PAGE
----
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Senator Urges HHS to Expunge Contested Mammography Guidelines

by Brendon Nafziger, DOTmed News Associate Editor | May 13, 2010
Senator Vitter wants
mammo guidelines stricken
Senator David Vitter (R-La.) called on the U.S. Department of Health and Human Services to expunge all references to the U.S. Preventive Services Task Force's controversial mammography guidelines from agency websites.

In a letter to HHS Secretary Kathleen Sebelius made public Tuesday, the Senate Minority Whip asked the agency to stop all promotion of the guidelines so as not to confuse women and to better comply with an amendment sponsored by Vitter and included in the health reform bill.

Vitter's amendment requires insurers to cover screening mammograms and ignore the USPSTF's recommendations.

The USPSTF guidelines, published in November, recommended mammograms once every two years instead of annually. The group also suggested women begin getting screened at age 50, not 40, as previously recommended. The panel is against breast self-exams.

These suggestions, which would have brought American screening practice in line with much of Europe's, drew widespread criticism from some medical groups, women's lobbies and equipment manufacturers, who criticized the panel for basing their conclusions on speculative computer models and for not having the correct specialists on the panel.

Vitter believes the continued presence of the USPSTF material on HHS websites might mislead women.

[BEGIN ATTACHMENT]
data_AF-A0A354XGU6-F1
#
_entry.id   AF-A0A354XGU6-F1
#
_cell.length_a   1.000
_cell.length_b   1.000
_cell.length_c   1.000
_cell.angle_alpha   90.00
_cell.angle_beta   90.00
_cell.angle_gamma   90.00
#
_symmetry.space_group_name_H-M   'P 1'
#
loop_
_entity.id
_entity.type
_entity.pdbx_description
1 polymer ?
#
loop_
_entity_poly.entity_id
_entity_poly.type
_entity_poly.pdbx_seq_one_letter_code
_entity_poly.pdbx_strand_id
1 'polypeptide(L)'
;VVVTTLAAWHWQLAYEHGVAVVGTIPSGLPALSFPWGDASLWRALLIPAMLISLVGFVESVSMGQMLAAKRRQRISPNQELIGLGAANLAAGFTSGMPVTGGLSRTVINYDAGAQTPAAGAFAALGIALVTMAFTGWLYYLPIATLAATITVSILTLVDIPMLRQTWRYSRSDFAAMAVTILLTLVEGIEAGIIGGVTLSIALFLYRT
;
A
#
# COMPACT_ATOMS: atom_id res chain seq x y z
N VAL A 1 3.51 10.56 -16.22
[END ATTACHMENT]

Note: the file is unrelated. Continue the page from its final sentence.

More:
"The fact that these recommendations are still being presented to the general public as 'current' is only serving to further confuse women on this critical issue," he wrote in the letter.

Thus far, the HHS hasn't pulled the mammography guidelines. "HHS has received Senator Vitter's letter and is reviewing it," Jessica Santillo, a spokeswoman for the agency, told DOTmed News.

But the American College of Radiology, applauded the senator's efforts.

"Breast cancer screening policy decisions based on faulty recommendations may result in the unnecessary loss of thousands of lives," chair of the ACR board of chancellors Dr. James H. Thrall said in a statement.

The ACR worries the guidelines have already discouraged women from getting the exams.

According to an Avon Foundation for Women survey cited by ACR, about a quarter of breast cancer health educators and providers interviewed reported a decrease in women under 50 getting screened.